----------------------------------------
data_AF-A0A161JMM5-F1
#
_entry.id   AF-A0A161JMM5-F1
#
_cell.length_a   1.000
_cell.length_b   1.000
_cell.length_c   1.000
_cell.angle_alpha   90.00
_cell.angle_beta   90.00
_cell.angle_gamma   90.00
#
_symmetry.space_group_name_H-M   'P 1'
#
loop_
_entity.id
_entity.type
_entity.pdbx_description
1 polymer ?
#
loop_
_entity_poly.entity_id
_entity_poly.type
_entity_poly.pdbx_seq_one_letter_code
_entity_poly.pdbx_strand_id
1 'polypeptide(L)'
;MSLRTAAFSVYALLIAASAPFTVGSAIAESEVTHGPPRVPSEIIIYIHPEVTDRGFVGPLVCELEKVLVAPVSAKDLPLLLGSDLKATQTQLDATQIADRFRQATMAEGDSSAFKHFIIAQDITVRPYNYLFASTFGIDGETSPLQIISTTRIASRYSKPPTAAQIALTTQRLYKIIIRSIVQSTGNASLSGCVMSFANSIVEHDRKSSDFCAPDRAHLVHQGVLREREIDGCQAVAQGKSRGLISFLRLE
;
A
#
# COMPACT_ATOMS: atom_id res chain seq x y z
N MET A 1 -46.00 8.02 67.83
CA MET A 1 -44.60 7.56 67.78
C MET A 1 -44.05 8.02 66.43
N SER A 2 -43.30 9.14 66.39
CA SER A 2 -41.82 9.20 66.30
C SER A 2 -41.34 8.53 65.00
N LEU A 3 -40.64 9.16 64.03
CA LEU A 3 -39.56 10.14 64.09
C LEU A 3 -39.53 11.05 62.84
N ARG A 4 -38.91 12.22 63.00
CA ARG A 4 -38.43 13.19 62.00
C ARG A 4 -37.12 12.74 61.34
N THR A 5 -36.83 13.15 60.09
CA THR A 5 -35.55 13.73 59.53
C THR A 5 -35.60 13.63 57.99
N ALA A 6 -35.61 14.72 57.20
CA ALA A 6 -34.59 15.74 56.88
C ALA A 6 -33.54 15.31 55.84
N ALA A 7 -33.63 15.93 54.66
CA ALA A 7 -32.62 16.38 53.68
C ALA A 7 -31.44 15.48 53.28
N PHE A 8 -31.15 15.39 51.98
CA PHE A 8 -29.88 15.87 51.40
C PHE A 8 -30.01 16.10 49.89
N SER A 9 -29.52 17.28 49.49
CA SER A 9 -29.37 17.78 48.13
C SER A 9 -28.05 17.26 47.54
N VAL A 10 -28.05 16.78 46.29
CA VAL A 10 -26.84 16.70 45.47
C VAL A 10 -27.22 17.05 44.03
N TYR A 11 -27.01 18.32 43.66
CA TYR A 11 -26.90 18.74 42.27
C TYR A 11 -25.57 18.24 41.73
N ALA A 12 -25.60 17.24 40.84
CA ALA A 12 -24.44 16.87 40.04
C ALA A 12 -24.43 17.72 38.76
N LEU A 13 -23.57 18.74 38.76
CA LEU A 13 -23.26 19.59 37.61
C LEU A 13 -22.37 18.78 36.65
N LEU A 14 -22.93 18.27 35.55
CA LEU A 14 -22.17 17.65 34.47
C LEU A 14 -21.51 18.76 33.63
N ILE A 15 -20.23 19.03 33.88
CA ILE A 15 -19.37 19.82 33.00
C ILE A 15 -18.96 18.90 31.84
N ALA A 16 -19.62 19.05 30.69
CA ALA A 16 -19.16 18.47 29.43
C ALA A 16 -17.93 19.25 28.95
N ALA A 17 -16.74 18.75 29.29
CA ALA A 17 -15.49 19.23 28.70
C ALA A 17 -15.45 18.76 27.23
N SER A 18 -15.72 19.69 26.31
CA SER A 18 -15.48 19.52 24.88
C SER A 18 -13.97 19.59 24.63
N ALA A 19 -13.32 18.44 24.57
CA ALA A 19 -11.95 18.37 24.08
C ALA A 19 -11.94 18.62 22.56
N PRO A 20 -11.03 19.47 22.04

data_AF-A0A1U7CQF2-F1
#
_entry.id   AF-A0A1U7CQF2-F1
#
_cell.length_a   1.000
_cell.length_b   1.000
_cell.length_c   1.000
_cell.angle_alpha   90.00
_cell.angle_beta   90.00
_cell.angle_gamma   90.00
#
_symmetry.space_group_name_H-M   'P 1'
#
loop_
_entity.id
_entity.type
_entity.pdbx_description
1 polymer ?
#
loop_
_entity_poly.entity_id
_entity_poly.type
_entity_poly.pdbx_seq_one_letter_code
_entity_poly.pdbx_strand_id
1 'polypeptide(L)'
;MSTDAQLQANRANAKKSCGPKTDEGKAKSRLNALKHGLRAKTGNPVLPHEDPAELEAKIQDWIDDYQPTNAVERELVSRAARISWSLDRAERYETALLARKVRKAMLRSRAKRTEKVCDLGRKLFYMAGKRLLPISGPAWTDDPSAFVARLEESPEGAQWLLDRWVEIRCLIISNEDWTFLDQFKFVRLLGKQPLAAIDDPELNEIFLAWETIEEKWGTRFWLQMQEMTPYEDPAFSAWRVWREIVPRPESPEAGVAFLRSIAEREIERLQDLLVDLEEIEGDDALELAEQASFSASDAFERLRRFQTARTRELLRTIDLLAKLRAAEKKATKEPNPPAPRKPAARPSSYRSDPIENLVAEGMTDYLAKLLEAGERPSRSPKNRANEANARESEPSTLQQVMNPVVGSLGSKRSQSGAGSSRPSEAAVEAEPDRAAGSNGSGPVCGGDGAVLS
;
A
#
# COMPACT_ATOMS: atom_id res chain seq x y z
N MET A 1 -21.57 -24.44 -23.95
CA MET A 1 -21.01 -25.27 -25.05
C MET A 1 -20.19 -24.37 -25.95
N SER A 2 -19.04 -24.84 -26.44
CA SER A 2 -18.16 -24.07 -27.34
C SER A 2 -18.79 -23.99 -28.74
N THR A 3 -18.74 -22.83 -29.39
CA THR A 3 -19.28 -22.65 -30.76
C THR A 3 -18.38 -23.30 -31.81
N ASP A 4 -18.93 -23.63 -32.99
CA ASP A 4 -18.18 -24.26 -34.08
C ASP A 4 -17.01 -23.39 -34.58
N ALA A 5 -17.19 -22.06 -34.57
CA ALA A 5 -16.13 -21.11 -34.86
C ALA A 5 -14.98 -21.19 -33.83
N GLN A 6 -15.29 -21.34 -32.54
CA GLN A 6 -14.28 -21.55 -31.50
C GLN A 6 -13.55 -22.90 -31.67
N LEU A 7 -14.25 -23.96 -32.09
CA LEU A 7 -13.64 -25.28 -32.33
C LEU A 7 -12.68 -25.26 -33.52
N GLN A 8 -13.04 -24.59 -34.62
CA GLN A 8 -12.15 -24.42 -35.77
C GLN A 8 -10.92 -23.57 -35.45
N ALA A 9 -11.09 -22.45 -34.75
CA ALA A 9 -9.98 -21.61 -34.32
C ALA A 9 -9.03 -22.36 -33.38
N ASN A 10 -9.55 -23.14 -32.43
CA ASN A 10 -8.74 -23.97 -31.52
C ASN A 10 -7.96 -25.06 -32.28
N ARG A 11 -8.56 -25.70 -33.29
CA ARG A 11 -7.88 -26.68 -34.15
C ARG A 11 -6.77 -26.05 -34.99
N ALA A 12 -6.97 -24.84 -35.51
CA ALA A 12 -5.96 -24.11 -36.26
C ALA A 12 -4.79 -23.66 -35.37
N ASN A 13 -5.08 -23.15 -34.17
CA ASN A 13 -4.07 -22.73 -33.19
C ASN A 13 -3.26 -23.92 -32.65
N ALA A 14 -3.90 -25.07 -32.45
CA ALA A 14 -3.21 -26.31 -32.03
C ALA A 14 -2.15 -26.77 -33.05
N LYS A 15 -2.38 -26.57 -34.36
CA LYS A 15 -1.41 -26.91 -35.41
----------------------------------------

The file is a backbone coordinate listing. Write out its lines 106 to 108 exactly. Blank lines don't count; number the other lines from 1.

1 polymer ?
#
loop_